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IoT Billing Presents Complex PuzzleIoT Billing Presents Complex Puzzle

As the Internet of Things (IoT) market expands, vendors will find the biggest revenue in the vertical opportunities presented.

Denise Culver

October 15, 2015

2 Min Read
IoT Billing Presents Complex Puzzle

It wasn’t difficult to identify 12 billing vendors to talk about Internet of Things (IoT) billing. And, in general, they all agreed that IoT presents certain common requirements that need to be addressed for billing, including:

Complex value chains Innovative services Rapid partner on-boarding Multiple business models High volumes of micro transactions White labeling and embedded products Multiple types of customer interactions But billing for IoT is hardly static. For instance, some of the areas that likely will be developed in the coming two years for IoT include: Industrial services, such as preventive maintenance, cost savings and Industry 4.0 initiatives Services around connected cars, including usage-based insurance, and entertainment services pushed by the automotive industry Smart Energy and Smart Home services, including home security While there are many IoT-based startups, more companies coming into the IoT marketplace are interested in adding recurring-revenue services to their previous, more traditional transaction-based offerings. Communications service providers must be prepared to accommodate these customers with billing needs that are likely more complex and multifaceted, as a result of the need to support legacy products and services. These are just some of the findings of the new Heavy Reading report "Billing Vendors Vary in Reactions, Solutions to IoT." This report examines the IoT billing market, utilizing data collected from 12 IoT billing providers. The report analyzes how IoT is impacting billing and billing solution trends, discusses drivers and challenges in the industry, and offers a comparative analysis of available IoT billing solutions. Looking forward, the report also details trends that are likely to occur in the industry over the next 18-24 months. IoT is an exciting but still nascent industry, and despite significant investment from a range of heavy hitters, it remains to be seen just how warmly consumers will receive the first generation of IoT offerings. Billing providers that aggressively pursue the market at the expense of other verticals may suffer if these pioneering products fail to find large-scale adoption among customers. But providers that play the wait-and-see game risk losing ground to more daring competitors. The successful rollout of IoT products requires quality billing support, but billing is only part of the puzzle. Once the product is on sale, the vendor must also be able to recognize revenue from it. This may be more complex than companies anticipate. In the U.S. in particular, accounting is in the midst of a genuinely seismic shift, as a combination of new revenue standards and more aggressive regulatory enforcement drives many businesses to reexamine their accounting systems and controls. As IoT gathers steam, it is highly likely that there will be further regulations aimed specifically at this industry. How billing products integrate with revenue-recognition solutions, and how they support security and regulatory requirements, will likely be prime concerns for customers. — Denise Culver, Contributing Analyst, Heavy Reading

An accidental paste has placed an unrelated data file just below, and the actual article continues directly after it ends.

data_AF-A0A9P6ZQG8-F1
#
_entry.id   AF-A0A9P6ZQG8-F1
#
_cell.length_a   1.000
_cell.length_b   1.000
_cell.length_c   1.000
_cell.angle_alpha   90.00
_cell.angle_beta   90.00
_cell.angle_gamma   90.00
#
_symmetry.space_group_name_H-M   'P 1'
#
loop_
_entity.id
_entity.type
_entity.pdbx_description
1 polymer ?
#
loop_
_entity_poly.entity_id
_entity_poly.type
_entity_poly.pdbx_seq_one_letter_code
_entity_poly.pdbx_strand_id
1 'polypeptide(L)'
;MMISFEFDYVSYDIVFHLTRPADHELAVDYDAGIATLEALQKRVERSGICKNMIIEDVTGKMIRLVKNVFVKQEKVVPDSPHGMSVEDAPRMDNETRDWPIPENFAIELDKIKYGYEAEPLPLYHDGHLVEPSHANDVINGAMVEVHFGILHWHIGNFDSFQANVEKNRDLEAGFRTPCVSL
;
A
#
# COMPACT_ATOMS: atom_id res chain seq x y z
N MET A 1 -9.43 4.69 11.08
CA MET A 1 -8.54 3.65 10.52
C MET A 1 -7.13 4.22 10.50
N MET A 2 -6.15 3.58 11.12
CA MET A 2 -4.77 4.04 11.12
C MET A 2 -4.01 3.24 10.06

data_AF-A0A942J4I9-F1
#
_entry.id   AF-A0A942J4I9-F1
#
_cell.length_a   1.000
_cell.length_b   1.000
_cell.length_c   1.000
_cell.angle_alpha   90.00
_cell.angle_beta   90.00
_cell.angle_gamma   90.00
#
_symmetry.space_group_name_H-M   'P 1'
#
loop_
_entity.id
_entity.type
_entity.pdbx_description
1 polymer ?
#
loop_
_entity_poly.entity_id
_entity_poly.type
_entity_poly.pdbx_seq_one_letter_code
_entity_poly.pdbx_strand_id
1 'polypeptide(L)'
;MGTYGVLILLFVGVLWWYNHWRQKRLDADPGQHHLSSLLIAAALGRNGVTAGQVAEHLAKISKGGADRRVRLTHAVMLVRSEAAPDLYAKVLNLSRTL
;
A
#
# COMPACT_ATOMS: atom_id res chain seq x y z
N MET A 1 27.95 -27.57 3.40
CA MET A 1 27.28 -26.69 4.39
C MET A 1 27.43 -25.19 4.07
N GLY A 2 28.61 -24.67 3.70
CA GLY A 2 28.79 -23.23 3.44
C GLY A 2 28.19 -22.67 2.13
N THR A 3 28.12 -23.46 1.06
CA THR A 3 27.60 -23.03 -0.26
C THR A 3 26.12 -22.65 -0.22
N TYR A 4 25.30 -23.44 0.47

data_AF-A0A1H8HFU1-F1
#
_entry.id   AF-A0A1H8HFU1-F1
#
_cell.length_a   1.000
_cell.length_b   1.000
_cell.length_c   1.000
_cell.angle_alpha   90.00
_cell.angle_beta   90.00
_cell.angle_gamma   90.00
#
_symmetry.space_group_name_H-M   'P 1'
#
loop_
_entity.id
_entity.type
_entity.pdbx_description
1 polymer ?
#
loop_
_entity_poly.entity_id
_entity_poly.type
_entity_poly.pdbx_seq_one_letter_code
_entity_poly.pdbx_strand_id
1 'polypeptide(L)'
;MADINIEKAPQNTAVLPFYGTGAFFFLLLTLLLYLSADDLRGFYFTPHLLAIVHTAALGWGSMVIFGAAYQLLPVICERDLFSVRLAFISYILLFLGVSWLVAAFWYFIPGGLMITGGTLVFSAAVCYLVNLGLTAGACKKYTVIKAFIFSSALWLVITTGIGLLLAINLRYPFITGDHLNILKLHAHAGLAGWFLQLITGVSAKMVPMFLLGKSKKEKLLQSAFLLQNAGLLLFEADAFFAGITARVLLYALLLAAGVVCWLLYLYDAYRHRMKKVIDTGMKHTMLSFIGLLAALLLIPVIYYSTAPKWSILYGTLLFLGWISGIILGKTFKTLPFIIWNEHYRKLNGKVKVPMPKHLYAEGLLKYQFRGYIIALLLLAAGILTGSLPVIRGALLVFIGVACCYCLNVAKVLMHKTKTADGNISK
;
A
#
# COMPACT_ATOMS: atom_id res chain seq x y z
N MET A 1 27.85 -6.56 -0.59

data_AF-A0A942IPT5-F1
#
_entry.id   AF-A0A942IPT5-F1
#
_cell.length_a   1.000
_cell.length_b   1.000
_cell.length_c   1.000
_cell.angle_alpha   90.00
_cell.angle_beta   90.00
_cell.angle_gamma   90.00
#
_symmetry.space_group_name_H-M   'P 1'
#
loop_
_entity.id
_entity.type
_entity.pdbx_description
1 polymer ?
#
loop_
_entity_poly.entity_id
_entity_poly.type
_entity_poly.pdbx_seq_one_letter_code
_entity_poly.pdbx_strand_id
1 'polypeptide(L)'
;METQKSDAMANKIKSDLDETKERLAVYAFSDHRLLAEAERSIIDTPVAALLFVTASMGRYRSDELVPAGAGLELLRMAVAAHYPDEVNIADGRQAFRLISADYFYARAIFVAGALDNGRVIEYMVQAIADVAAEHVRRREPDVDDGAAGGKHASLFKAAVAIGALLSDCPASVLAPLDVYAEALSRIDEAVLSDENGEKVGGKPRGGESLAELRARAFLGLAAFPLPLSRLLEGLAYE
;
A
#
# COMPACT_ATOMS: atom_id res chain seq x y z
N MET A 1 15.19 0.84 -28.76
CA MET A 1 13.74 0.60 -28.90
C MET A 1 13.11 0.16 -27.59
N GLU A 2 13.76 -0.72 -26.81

About the Author(s)

Denise Culver

Online Research Director

Denise manages Heavy Reading's Thought Leadership Council, which uses a focus group approach to glean insights from CSPs on topics ranging from automation, IoT, 5G, B/OSS transformation, SD-WAN and emerging technologies. Additionally, Denise covers the test and measurement industry as an analyst, focusing on how T&M vendors are addressing telco transformation, as well as the impact that technologies such as IoT are having on service provider networks. Denise also continues to oversee development of Light Reading's Pedia projects, including Virtuapedia and Testapedia. Previously, she was a Contributing Analyst with Heavy Reading for seven years, covering a wide range of areas, including mobile, IP transformation and T&M. Her career in technology journalism began in 1996, and she is a past winner of the American Business Media Association's Jesse Neal Award for editorial achievement. She is a graduate of Texas A&M University.

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